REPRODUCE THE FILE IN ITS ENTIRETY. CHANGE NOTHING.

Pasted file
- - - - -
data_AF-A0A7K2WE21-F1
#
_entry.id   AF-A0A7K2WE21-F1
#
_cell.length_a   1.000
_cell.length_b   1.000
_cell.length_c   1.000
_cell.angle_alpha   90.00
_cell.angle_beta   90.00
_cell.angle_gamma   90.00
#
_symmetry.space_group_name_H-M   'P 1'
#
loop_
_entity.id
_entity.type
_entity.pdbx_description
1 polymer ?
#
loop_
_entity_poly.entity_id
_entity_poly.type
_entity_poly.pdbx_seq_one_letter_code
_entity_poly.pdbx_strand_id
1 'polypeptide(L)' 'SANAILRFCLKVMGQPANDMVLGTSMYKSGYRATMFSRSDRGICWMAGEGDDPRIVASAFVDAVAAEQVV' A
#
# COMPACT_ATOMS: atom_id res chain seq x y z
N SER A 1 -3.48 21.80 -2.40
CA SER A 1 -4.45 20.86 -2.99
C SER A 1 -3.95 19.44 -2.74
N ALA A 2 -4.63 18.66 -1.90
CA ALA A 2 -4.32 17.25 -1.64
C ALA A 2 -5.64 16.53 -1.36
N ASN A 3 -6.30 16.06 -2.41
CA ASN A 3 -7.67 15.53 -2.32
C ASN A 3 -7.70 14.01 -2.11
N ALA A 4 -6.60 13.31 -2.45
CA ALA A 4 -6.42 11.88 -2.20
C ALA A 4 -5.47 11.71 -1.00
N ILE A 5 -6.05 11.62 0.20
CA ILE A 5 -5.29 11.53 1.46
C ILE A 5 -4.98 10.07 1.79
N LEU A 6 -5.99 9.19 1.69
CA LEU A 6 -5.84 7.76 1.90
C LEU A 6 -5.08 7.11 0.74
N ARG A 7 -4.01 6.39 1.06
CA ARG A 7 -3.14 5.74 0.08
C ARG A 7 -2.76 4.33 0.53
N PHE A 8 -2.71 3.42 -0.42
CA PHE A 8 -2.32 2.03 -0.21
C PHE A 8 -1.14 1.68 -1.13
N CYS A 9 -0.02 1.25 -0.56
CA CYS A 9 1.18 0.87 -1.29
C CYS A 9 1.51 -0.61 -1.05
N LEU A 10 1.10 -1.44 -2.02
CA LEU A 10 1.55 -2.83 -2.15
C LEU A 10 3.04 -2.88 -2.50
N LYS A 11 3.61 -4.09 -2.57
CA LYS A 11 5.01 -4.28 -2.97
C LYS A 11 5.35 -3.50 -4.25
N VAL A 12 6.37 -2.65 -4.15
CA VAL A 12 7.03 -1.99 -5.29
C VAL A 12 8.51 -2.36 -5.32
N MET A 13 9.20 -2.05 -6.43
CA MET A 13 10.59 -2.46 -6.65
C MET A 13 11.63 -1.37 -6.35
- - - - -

data_AF-A0A7K2WE21-F1
#
_entry.id   AF-A0A7K2WE21-F1
#
_cell.length_a   1.000
_cell.length_b   1.000
_cell.length_c   1.000
_cell.angle_alpha   90.00
_cell.angle_beta   90.00
_cell.angle_gamma   90.00
#
_symmetry.space_group_name_H-M   'P 1'
#
loop_
_entity.id
_entity.type
_entity.pdbx_description
1 polymer ?
#
loop_
_entity_poly.entity_id
_entity_poly.type
_entity_poly.pdbx_seq_one_letter_code
_entity_poly.pdbx_strand_id
1 'polypeptide(L)' 'SANAILRFCLKVMGQPANDMVLGTSMYKSGYRATMFSRSDRGICWMAGEGDDPRIVASAFVDAVAAEQVV' A
#
# COMPACT_ATOMS: atom_id res chain seq x y z
N SER A 1 -3.48 21.80 -2.40
CA SER A 1 -4.45 20.86 -2.99
C SER A 1 -3.95 19.44 -2.74
N ALA A 2 -4.63 18.66 -1.90
CA ALA A 2 -4.32 17.25 -1.64
C ALA A 2 -5.64 16.53 -1.36
N ASN A 3 -6.30 16.06 -2.41
CA ASN A 3 -7.67 15.53 -2.32
C ASN A 3 -7.70 14.01 -2.11
N ALA A 4 -6.60 13.31 -2.45
CA ALA A 4 -6.42 11.88 -2.20
C ALA A 4 -5.47 11.71 -1.00
N ILE A 5 -6.05 11.62 0.20
CA ILE A 5 -5.29 11.53 1.46
C ILE A 5 -4.98 10.07 1.79
N LEU A 6 -5.99 9.19 1.69
CA LEU A 6 -5.84 7.76 1.90
C LEU A 6 -5.08 7.11 0.74
N ARG A 7 -4.01 6.39 1.06
CA ARG A 7 -3.14 5.74 0.08
C ARG A 7 -2.76 4.33 0.53
N PHE A 8 -2.71 3.42 -0.42
CA PHE A 8 -2.32 2.03 -0.21
C PHE A 8 -1.14 1.68 -1.13
N CYS A 9 -0.02 1.25 -0.56
CA CYS A 9 1.18 0.87 -1.29
C CYS A 9 1.51 -0.61 -1.05
N LEU A 10 1.10 -1.44 -2.02
CA LEU A 10 1.55 -2.83 -2.15
C LEU A 10 3.04 -2.88 -2.50
N LYS A 11 3.61 -4.09 -2.57
CA LYS A 11 5.01 -4.28 -2.97
C LYS A 11 5.35 -3.50 -4.25
N VAL A 12 6.37 -2.65 -4.15
CA VAL A 12 7.03 -1.99 -5.29
C VAL A 12 8.51 -2.36 -5.32
N MET A 13 9.20 -2.05 -6.43
CA MET A 13 10.59 -2.46 -6.65
C MET A 13 11.63 -1.37 -6.35